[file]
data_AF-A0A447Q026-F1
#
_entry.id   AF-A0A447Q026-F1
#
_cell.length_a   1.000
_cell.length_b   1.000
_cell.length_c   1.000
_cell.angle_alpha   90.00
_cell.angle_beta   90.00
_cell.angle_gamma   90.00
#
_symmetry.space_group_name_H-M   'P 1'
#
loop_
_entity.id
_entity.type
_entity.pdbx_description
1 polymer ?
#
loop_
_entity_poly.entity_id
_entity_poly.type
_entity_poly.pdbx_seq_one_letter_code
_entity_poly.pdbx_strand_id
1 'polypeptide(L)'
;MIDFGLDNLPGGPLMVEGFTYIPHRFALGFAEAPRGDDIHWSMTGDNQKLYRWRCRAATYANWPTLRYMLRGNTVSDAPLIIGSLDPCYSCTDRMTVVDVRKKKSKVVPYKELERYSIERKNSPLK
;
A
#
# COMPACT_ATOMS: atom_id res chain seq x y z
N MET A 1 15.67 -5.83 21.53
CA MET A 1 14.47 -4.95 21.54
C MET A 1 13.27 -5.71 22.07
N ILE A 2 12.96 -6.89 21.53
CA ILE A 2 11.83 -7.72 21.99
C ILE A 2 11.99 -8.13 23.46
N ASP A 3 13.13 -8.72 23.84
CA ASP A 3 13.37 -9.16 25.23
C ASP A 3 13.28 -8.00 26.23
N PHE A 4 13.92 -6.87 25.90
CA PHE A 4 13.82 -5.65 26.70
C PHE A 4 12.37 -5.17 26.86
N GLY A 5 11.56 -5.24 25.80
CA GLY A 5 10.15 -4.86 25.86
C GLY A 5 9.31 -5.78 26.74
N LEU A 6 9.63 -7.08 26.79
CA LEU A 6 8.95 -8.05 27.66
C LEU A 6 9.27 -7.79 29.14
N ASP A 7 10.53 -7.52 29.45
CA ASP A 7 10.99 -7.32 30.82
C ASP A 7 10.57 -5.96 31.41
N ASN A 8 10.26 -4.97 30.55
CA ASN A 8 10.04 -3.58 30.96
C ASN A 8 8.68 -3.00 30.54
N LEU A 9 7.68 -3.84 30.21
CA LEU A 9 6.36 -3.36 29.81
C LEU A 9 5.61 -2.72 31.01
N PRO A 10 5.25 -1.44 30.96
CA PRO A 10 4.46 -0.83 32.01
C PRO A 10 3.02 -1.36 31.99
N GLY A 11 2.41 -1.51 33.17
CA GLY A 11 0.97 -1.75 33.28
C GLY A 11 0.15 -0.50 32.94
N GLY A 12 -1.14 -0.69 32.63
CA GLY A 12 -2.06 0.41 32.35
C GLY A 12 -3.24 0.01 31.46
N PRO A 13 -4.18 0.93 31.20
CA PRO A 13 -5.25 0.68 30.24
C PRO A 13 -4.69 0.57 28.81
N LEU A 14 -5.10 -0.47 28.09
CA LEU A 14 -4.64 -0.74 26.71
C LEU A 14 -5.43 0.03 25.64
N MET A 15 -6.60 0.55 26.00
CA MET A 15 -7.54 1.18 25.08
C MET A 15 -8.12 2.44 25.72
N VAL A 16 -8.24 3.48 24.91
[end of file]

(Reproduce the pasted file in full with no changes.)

data_AF-A0A447Q026-F1
#
_entry.id   AF-A0A447Q026-F1
#
_cell.length_a   1.000
_cell.length_b   1.000
_cell.length_c   1.000
_cell.angle_alpha   90.00
_cell.angle_beta   90.00
_cell.angle_gamma   90.00
#
_symmetry.space_group_name_H-M   'P 1'
#
loop_
_entity.id
_entity.type
_entity.pdbx_description
1 polymer ?
#
loop_
_entity_poly.entity_id
_entity_poly.type
_entity_poly.pdbx_seq_one_letter_code
_entity_poly.pdbx_strand_id
1 'polypeptide(L)'
;MIDFGLDNLPGGPLMVEGFTYIPHRFALGFAEAPRGDDIHWSMTGDNQKLYRWRCRAATYANWPTLRYMLRGNTVSDAPLIIGSLDPCYSCTDRMTVVDVRKKKSKVVPYKELERYSIERKNSPLK
;
A
#
# COMPACT_ATOMS: atom_id res chain seq x y z
N MET A 1 15.67 -5.83 21.53
CA MET A 1 14.47 -4.95 21.54
C MET A 1 13.27 -5.71 22.07
N ILE A 2 12.96 -6.89 21.53
CA ILE A 2 11.83 -7.72 21.99
C ILE A 2 11.99 -8.13 23.46
N ASP A 3 13.13 -8.72 23.84
CA ASP A 3 13.37 -9.16 25.23
C ASP A 3 13.28 -8.00 26.23
N PHE A 4 13.92 -6.87 25.90
CA PHE A 4 13.82 -5.65 26.70
C PHE A 4 12.37 -5.17 26.86
N GLY A 5 11.56 -5.24 25.80
CA GLY A 5 10.15 -4.86 25.86
C GLY A 5 9.31 -5.78 26.74
N LEU A 6 9.63 -7.08 26.79
CA LEU A 6 8.95 -8.05 27.66
C LEU A 6 9.27 -7.79 29.14
N ASP A 7 10.53 -7.52 29.45
CA ASP A 7 10.99 -7.32 30.82
C ASP A 7 10.57 -5.96 31.41
N ASN A 8 10.26 -4.97 30.55
CA ASN A 8 10.04 -3.58 30.96
C ASN A 8 8.68 -3.00 30.54
N LEU A 9 7.68 -3.84 30.21
CA LEU A 9 6.36 -3.36 29.81
C LEU A 9 5.61 -2.72 31.01
N PRO A 10 5.25 -1.44 30.96
CA PRO A 10 4.46 -0.83 32.01
C PRO A 10 3.02 -1.36 31.99
N GLY A 11 2.41 -1.51 33.17
CA GLY A 11 0.97 -1.75 33.28
C GLY A 11 0.15 -0.50 32.94
N GLY A 12 -1.14 -0.69 32.63
CA GLY A 12 -2.06 0.41 32.35
C GLY A 12 -3.24 0.01 31.46
N PRO A 13 -4.18 0.93 31.20
CA PRO A 13 -5.25 0.68 30.24
C PRO A 13 -4.69 0.57 28.81
N LEU A 14 -5.10 -0.47 28.09
CA LEU A 14 -4.64 -0.74 26.71
C LEU A 14 -5.43 0.03 25.64
N MET A 15 -6.60 0.55 26.00
CA MET A 15 -7.54 1.18 25.08
C MET A 15 -8.12 2.44 25.72
N VAL A 16 -8.24 3.48 24.91